By Frank Steffen, Chairperson
The Editors’ Forum of Namibia (EFN) executive committee met on Friday, October 06 to discuss various issues.
The ExCo meeting also came amid the EFN being inundated with enquiries by media, who requested a formal response to the suspension of the Managing Editor of the state media newspaper, New Era, Johnathan Beukes.
It needs to be pointed out that the EFN is a representative-driven organisation, which expresses views as a joint industry. At Friday’s meeting, ExCo deliberated on this issue and took a position as regards the suspension of Beukes.
It is never good news, when an editor is suspended from duty on account of having expressed his concerns, no matter the issue at hand – he did so after all while under the impression that he was the managing editor, who would normally have no need to consult with anybody, when writing an editorial or opinion piece.
It is the EFN’s understanding that the managing editor in this case would be reporting to the CEO, who would seem well advised to respect the accepted tenets that direct actions on management level against any and all editorial staff, having specifically considered the freedom of expression that is so important to the media. That is what press freedom is all about at the end of the day.
It seems strange for the Chief Executive Officer of New Era, Christof Maletsky, who has a journalistic background after all – to publish an article on the front page, in which he not only publicly accuses the Beukes of wrongdoing, but for all intents and purposes already finds him guilty of a contravention. This seems to boil down to no less, than an editor having shown strength of character by criticising a department of state (albeit justice), which seems to have totally disregarded his repeated enquiries.
To suspend a journalist or editor based on a so-called transgression, which in fact was no more than a cry for help, a public call addressed to a state department, asking it to adhere to the principle of transparency, surely cannot then be excused as an exclusively internal matter after the personal attack on Beukes on the front page of New Era. It became a public matter the very moment, the CEO published his article and he should at least react to enquiries directed at him, as he seems to find it in order to publicly accuse a colleague.
The EFN totally subscribes to the principle of accountability and it promotes the adherence to the Code of Ethics and Conduct for the Namibian Print, Broadcast and Online Media that regulates the Namibian media industry. In the matter under review, it seems as though management single-mindedly pursued a matter, which normally should have resulted in an aggrieved party having submitted a complaint to the Media Ombudsman.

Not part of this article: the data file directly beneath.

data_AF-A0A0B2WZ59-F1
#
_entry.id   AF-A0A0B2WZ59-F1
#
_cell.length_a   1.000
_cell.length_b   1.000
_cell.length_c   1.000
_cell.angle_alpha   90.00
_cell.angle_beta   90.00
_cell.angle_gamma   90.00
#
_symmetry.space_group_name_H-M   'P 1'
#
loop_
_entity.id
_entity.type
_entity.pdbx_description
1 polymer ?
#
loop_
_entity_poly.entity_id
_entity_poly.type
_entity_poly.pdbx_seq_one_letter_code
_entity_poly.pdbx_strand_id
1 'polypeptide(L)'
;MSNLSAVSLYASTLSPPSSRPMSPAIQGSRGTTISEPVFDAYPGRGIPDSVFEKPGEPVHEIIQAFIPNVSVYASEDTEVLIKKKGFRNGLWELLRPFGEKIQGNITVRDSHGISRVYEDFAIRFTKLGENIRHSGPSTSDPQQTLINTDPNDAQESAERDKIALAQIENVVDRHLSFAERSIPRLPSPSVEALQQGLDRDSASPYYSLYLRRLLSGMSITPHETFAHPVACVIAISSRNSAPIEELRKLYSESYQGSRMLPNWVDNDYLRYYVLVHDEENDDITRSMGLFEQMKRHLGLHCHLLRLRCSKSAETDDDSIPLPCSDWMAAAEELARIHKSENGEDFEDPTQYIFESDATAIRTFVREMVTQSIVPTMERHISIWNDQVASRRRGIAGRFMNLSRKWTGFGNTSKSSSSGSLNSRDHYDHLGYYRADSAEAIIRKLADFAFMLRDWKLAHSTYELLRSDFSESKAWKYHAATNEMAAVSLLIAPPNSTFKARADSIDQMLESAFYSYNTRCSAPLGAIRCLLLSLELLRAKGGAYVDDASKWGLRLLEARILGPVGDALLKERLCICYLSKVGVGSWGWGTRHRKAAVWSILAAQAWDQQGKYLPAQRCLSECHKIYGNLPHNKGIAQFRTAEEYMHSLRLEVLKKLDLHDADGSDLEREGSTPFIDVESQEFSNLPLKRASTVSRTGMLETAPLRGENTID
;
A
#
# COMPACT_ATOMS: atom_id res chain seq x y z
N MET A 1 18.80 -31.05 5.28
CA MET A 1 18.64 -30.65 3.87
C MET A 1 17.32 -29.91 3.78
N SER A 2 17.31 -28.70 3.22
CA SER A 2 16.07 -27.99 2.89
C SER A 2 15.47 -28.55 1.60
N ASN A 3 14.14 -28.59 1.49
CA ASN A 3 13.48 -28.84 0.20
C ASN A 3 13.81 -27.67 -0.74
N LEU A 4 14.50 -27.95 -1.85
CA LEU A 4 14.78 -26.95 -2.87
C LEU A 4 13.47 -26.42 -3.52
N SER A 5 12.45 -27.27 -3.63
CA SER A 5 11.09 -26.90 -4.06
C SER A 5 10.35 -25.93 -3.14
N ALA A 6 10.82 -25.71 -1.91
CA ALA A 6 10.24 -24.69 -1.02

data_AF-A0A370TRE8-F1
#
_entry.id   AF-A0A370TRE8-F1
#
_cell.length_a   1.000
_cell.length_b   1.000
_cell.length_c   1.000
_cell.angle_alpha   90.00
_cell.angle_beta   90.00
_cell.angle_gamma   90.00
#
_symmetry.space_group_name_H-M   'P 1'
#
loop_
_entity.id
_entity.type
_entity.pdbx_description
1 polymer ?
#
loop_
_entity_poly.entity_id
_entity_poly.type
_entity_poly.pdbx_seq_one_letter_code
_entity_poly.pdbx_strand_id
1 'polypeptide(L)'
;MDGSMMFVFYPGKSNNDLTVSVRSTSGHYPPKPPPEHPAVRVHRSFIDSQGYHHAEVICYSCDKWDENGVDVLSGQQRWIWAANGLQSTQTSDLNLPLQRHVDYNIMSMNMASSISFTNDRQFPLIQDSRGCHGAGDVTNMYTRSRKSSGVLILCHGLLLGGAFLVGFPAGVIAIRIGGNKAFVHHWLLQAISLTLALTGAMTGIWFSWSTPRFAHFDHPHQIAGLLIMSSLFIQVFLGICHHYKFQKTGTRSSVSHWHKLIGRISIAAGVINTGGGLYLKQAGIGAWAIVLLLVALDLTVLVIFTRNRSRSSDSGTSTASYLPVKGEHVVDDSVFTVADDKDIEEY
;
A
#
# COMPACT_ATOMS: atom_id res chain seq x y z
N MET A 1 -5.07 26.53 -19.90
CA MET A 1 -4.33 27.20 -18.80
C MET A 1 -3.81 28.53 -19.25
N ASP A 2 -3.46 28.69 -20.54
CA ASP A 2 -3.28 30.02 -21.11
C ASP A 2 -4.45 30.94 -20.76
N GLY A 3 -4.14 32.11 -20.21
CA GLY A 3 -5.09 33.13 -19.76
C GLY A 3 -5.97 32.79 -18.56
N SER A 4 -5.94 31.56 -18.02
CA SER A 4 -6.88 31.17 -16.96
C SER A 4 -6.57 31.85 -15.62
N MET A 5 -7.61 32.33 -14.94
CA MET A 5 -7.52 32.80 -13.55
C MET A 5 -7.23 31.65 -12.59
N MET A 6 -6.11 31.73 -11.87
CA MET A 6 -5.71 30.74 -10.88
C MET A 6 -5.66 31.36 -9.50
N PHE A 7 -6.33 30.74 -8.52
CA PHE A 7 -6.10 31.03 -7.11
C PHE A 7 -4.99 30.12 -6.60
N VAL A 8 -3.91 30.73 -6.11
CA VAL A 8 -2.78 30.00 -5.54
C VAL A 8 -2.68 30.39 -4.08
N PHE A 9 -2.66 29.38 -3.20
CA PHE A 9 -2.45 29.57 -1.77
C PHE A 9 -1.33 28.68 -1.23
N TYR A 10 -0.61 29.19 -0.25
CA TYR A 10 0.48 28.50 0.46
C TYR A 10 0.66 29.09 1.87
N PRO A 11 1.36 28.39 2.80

Seeing that no such complaint was registered, it would seem as though there is no aggrieved party, which then begs the question why management decided to suspend the managing editor. The EFN could have possibly respected the decision of management to suspend the editor had there been a formal complaint, which would clearly allude to suspected negligence, ill intent or malfeasance.
Having considered the above arguments, the EFN has decided to approach the Media Ombudsman, John Nakuta, with a view towards reviewing the article or editorial that according the NEPC does not stand up to the criteria laid down by the Code of Ethics and Conduct for the Namibian Print, Broadcast and Online Media. The EFN would in fact prefer that the Media Ombudsman in this matter consults with the previous Media Ombudsman, Clement Daniels, to thus jointly assess this matter, before arriving at a conclusion.
The EFN appeals for the management of New Era to support press freedom, not only in letter, but also spirit:
“Freedom of the press or freedom of the media is the fundamental principle that communication and expression through various media, including printed and electronic media, especially published materials, should be considered a right to be exercised freely. Such freedom implies the absence of interference from an overreaching state; its preservation may be sought through the constitution or other legal protection and security. It is in opposition to paid press, where communities, police organisations and governments are paid for their copyrights.”